More importantly, the point of a platform war is the health of the platform itself, not necessarily the OEMs. Apple's Mac was soundly beaten by Microsoft, not by Gateway 2000 or any of the hundreds of forgotten failed PC clone makers.

That is, it doesn't matter to Google or to Android that Android OEMs are mostly much less profitable than Apple, so long as good Android phones keep getting brought to market (and they do). And the unprofitability of most Android OEMs tells us little or nothing about how much it matters to Apple that there are now a lot more Androids than iPhones out there. 

And then again, all the data we have about the systemically lower engagement of Android users means that 'platform market share' is also an unhelpful metric. 

To put this another way, looking at 'smartphone share' or 'profit share' or 'platform share' all tell you something about the industry, but all three metrics mislead you if you try to treat them as a way to see who's 'winning', because 'winning' means different things for Apple, Samsung or Google. After all, Google may well still make more money from searches on iOS than it does from searches on Android. There's no easy way to fit that into any of these charts. 

Addressable markets for high-end phones

There are all sorts of ways to estimate the addressable market for a high-end phone like the iPhone. One way is to look at price sensitivity, the propensity of lower income groups to spend on expensive entertainment products and how that might be affected by the increasing capabilities of cheaper devices. Another is to look at the mobile operators that do and do not actually offer the iPhone, which gives you a figure for people who cannot in fact buy one, at least on subsidy, even if they want to (assuming they're not willing to switch operator).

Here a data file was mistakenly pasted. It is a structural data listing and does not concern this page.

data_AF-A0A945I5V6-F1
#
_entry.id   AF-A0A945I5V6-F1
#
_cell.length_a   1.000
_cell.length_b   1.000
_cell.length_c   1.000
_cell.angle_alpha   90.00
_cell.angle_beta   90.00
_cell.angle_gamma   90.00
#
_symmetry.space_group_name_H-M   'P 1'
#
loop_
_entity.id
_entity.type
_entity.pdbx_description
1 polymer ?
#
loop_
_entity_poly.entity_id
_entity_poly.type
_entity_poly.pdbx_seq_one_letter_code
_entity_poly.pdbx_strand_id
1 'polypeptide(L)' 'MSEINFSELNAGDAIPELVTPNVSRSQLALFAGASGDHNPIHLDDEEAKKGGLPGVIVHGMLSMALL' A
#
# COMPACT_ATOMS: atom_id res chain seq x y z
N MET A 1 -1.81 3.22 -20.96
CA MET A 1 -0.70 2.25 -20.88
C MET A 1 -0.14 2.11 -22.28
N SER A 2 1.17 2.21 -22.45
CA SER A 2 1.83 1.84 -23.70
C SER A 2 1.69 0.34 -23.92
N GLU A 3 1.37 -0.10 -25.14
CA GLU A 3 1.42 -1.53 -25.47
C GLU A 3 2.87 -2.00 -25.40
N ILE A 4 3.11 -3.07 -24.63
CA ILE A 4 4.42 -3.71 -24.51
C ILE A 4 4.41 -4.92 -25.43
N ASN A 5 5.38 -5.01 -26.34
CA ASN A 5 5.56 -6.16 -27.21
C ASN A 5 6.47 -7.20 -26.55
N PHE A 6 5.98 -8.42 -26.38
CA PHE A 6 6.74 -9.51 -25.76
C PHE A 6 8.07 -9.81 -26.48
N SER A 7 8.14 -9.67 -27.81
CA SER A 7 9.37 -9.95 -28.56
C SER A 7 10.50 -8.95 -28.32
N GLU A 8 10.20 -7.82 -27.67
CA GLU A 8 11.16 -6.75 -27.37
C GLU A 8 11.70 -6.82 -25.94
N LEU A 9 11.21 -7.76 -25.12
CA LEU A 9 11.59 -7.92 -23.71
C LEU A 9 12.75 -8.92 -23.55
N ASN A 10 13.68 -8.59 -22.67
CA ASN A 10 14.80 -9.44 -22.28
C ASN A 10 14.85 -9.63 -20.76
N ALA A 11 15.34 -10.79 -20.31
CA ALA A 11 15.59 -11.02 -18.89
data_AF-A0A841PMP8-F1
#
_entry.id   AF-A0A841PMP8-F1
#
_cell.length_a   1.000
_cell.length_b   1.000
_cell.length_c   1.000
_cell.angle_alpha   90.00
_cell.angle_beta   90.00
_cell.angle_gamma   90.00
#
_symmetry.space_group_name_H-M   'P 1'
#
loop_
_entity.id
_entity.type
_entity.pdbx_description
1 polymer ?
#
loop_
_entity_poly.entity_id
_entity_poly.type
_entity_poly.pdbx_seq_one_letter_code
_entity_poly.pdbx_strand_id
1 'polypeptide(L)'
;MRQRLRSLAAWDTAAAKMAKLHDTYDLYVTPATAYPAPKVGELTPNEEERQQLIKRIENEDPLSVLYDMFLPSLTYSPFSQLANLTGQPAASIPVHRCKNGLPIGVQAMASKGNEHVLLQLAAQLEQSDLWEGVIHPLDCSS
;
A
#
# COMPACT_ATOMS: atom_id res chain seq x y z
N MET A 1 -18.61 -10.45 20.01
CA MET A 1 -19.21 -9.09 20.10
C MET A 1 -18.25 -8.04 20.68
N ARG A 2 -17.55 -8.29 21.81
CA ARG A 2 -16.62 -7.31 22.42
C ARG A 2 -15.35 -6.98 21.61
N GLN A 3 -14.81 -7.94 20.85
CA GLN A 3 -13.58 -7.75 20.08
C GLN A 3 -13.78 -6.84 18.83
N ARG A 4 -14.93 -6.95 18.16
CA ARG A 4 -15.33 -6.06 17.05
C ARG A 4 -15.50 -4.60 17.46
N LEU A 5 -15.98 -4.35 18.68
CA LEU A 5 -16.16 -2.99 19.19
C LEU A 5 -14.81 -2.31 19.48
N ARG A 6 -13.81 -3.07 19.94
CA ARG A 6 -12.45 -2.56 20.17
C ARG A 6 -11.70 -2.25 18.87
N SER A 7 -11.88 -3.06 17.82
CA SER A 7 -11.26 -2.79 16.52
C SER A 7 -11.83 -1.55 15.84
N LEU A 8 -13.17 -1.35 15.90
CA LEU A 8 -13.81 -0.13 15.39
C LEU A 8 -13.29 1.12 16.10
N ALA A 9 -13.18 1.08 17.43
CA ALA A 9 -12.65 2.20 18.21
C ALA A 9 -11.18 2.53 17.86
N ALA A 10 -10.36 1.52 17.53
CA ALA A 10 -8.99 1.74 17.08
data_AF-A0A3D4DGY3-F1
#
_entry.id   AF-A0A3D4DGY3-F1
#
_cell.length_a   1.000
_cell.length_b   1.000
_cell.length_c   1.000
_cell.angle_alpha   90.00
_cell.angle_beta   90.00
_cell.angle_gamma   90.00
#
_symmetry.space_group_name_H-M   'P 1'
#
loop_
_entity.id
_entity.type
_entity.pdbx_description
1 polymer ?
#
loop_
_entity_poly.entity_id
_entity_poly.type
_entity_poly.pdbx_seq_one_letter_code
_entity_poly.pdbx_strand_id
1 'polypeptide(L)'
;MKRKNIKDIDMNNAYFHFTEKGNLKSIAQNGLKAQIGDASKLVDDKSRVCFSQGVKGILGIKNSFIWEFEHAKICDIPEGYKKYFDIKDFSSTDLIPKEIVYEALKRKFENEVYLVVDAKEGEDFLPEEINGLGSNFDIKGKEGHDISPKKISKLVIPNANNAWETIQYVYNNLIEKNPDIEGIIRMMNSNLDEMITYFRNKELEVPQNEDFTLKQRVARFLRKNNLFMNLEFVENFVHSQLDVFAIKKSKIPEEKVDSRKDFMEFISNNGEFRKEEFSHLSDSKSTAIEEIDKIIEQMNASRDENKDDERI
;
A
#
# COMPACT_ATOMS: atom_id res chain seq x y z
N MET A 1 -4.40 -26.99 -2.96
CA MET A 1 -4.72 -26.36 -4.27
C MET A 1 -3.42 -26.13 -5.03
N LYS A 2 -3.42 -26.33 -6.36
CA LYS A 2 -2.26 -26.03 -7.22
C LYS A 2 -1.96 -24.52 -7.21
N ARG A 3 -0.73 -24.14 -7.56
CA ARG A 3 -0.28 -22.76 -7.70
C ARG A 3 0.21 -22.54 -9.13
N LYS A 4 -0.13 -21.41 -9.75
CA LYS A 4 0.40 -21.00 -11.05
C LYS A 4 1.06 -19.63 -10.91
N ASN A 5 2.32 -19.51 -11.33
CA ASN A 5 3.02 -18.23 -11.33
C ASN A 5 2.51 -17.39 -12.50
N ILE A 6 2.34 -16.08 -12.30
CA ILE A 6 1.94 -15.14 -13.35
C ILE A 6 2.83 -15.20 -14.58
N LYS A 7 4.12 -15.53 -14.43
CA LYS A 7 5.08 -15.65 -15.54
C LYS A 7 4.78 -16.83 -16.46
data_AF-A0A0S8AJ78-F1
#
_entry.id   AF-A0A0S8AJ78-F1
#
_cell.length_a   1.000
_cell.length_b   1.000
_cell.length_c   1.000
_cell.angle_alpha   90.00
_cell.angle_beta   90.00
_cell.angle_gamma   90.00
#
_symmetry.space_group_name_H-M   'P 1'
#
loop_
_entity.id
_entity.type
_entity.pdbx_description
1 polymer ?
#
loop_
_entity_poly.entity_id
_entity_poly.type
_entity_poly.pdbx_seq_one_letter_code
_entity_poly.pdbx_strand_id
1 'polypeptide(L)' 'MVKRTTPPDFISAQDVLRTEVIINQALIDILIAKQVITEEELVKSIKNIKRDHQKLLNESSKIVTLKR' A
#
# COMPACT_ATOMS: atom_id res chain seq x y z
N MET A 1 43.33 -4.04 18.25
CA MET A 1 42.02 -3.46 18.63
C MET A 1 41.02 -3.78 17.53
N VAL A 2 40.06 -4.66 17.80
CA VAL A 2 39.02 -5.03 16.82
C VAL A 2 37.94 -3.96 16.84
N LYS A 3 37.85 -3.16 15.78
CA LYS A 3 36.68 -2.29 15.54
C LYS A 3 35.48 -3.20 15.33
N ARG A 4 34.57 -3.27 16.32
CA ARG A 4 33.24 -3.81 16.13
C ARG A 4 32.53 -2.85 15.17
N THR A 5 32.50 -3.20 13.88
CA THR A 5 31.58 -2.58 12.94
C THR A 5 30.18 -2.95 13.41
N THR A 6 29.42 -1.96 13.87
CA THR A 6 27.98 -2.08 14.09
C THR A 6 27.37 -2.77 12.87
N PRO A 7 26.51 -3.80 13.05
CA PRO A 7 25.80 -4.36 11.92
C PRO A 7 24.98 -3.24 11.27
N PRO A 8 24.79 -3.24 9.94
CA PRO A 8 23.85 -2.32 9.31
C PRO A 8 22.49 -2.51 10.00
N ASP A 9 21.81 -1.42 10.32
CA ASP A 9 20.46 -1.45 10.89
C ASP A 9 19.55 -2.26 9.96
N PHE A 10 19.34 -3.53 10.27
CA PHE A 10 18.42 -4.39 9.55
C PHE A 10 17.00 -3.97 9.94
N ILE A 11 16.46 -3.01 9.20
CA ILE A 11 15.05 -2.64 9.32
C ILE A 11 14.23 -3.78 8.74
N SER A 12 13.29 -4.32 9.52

However, it seems to me that the central issue in sales of the iPhone and other high-end models is the availability of subsidies themselves. After all, if a phone is good enough for consumers to want it and the OEM has the scale and budget to provide it (an issue for some) then distribution is just execution and time, not a fundamental constraint. Ability to pay, too, is a moving target: people substitute spending for products they really want, and $600 isn't that much money over two years for a large proportion of the world's population. 

So actually, the real questions are the big numbers: how many people are getting subsidies? How many are buying phones? 

Hence, my first chart shows just how the smartphone install base compares to the total global population.